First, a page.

If the Walpole Board of Selectmen is afraid of medical marijuana dispensaries, perhaps it’s time to make Walpole a dry town as well – shut down all the bars and liquor stores, along with the economic development they attract, and get rid of the one vice that has brought the greatest damage to our society.

If police are concerned about marijuana dispensaries attracting burglars looking for drugs, what about the times that local pharmacies have been broken into? What about the bars in town that attract rowdy drunkards and routinely require police intervention to break up bar fights?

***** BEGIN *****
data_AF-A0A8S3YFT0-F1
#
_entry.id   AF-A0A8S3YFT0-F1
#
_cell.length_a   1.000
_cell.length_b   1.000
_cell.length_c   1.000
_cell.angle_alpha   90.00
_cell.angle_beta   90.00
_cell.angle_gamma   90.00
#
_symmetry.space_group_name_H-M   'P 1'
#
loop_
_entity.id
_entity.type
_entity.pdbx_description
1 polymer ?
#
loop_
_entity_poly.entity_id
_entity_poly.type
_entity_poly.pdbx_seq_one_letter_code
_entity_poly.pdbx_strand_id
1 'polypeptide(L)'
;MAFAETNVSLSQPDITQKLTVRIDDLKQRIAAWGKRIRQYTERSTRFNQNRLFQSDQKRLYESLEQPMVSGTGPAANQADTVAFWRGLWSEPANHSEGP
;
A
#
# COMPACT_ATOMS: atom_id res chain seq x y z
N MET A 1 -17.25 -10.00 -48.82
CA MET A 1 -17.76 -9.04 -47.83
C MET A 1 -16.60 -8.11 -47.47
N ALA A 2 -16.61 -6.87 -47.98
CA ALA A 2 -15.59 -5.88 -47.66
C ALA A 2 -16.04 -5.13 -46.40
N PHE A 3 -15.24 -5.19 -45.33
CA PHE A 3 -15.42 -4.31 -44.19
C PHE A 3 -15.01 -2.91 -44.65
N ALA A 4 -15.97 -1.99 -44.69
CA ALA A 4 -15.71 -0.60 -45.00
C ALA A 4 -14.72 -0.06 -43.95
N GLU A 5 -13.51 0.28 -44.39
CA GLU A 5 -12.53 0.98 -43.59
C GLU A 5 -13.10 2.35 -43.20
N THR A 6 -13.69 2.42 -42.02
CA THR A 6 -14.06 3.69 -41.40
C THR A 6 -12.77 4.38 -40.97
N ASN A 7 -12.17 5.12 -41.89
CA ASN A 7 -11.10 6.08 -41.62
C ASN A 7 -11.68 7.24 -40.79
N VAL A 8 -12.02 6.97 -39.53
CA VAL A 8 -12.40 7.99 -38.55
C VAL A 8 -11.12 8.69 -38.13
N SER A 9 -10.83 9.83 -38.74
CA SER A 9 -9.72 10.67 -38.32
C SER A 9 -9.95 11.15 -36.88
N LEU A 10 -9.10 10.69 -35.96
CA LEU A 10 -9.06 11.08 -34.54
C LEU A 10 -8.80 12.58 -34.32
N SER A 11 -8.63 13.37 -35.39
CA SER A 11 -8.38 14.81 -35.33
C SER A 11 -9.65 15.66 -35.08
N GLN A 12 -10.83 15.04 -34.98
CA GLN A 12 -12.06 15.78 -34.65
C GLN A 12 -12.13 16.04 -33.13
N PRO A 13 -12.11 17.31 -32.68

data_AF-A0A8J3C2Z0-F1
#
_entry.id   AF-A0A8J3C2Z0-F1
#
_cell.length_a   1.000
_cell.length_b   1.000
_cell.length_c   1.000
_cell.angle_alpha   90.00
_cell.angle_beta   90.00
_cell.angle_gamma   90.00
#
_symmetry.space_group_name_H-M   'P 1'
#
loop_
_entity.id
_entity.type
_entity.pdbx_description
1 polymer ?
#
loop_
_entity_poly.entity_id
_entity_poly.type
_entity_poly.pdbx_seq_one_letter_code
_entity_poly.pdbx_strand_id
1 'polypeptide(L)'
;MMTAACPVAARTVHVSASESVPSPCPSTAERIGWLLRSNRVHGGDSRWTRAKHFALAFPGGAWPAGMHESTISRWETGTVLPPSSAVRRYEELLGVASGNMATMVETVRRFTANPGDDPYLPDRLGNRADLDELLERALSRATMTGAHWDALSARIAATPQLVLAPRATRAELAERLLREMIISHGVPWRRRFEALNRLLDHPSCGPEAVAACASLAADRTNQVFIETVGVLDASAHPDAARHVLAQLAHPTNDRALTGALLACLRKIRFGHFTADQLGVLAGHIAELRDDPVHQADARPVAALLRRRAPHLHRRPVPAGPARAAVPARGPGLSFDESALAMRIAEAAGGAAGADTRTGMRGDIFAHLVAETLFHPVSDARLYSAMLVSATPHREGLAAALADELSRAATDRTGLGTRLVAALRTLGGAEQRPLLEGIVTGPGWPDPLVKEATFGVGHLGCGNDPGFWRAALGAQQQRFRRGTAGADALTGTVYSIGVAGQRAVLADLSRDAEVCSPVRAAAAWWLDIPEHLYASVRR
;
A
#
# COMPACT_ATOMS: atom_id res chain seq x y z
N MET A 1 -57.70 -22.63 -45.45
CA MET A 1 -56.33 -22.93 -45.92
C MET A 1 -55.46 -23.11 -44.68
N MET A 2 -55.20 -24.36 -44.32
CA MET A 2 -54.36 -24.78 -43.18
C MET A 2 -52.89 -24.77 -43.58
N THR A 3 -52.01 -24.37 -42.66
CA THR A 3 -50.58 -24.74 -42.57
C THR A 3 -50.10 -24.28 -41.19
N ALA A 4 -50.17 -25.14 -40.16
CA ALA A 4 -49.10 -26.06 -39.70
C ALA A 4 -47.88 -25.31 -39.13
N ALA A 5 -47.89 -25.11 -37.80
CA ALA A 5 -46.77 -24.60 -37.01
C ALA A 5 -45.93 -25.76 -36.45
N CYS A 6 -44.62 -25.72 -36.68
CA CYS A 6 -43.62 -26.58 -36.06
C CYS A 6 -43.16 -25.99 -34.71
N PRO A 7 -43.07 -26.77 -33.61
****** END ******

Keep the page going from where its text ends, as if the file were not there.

Of course, getting rid of our bars and pharmacies wouldn’t be a smart idea, because alcohol prohibition failed miserably in the 1920s. Marijuana and drug prohibition has failed as well, as shown by the rampant drug use in our society and in our own town. Government can not be the moral police and tell people what substances they can or can not use. Marijuana should be regulated and brought out of the black market, and the medical marijuana law passed on Nov. 1 is a step in the right direction. It is a shame that Walpole town officials want to be on the wrong side of history.